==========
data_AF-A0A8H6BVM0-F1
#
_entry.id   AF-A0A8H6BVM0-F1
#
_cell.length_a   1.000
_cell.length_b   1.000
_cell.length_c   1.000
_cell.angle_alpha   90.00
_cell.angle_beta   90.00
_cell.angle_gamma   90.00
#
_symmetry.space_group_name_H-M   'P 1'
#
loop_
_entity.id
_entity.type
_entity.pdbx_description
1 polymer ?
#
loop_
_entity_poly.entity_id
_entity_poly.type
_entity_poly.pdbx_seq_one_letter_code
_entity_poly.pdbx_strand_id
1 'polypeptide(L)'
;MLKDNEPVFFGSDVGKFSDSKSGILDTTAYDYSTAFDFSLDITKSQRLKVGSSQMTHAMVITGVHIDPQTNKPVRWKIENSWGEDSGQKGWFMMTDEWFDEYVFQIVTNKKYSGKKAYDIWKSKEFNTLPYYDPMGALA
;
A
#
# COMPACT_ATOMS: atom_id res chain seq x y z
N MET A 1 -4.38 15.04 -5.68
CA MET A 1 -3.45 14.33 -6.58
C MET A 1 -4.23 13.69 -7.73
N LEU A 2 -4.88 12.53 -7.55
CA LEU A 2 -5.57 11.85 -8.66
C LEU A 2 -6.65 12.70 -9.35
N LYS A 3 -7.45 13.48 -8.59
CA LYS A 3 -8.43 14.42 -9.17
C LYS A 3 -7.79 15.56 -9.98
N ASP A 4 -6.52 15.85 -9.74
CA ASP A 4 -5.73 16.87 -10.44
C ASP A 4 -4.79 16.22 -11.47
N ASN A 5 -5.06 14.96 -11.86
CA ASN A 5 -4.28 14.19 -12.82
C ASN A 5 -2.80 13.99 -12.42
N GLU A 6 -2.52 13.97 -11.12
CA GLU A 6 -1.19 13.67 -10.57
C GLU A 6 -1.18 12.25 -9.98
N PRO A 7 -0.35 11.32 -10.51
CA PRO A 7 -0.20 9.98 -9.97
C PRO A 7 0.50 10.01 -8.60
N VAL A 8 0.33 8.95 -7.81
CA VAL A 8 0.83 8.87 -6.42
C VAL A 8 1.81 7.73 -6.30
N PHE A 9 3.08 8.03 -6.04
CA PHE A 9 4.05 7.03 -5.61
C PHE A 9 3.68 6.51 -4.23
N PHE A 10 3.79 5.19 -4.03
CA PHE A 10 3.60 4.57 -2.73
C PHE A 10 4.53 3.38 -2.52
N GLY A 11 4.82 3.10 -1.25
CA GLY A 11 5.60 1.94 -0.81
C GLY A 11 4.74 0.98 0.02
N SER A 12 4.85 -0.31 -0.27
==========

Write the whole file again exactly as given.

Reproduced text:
data_AF-A0A8H6BVM0-F1
#
_entry.id   AF-A0A8H6BVM0-F1
#
_cell.length_a   1.000
_cell.length_b   1.000
_cell.length_c   1.000
_cell.angle_alpha   90.00
_cell.angle_beta   90.00
_cell.angle_gamma   90.00
#
_symmetry.space_group_name_H-M   'P 1'
#
loop_
_entity.id
_entity.type
_entity.pdbx_description
1 polymer ?
#
loop_
_entity_poly.entity_id
_entity_poly.type
_entity_poly.pdbx_seq_one_letter_code
_entity_poly.pdbx_strand_id
1 'polypeptide(L)'
;MLKDNEPVFFGSDVGKFSDSKSGILDTTAYDYSTAFDFSLDITKSQRLKVGSSQMTHAMVITGVHIDPQTNKPVRWKIENSWGEDSGQKGWFMMTDEWFDEYVFQIVTNKKYSGKKAYDIWKSKEFNTLPYYDPMGALA
;
A
#
# COMPACT_ATOMS: atom_id res chain seq x y z
N MET A 1 -4.38 15.04 -5.68
CA MET A 1 -3.45 14.33 -6.58
C MET A 1 -4.23 13.69 -7.73
N LEU A 2 -4.88 12.53 -7.55
CA LEU A 2 -5.57 11.85 -8.66
C LEU A 2 -6.65 12.70 -9.35
N LYS A 3 -7.45 13.48 -8.59
CA LYS A 3 -8.43 14.42 -9.17
C LYS A 3 -7.79 15.56 -9.98
N ASP A 4 -6.52 15.85 -9.74
CA ASP A 4 -5.73 16.87 -10.44
C ASP A 4 -4.79 16.22 -11.47
N ASN A 5 -5.06 14.96 -11.86
CA ASN A 5 -4.28 14.19 -12.82
C ASN A 5 -2.80 13.99 -12.42
N GLU A 6 -2.52 13.97 -11.12
CA GLU A 6 -1.19 13.67 -10.57
C GLU A 6 -1.18 12.25 -9.98
N PRO A 7 -0.35 11.32 -10.51
CA PRO A 7 -0.20 9.98 -9.97
C PRO A 7 0.50 10.01 -8.60
N VAL A 8 0.33 8.95 -7.81
CA VAL A 8 0.83 8.87 -6.42
C VAL A 8 1.81 7.73 -6.30
N PHE A 9 3.08 8.03 -6.04
CA PHE A 9 4.05 7.03 -5.61
C PHE A 9 3.68 6.51 -4.23
N PHE A 10 3.79 5.19 -4.03
CA PHE A 10 3.60 4.57 -2.73
C PHE A 10 4.53 3.38 -2.52
N GLY A 11 4.82 3.10 -1.25
CA GLY A 11 5.60 1.94 -0.81
C GLY A 11 4.74 0.98 0.02
N SER A 12 4.85 -0.31 -0.27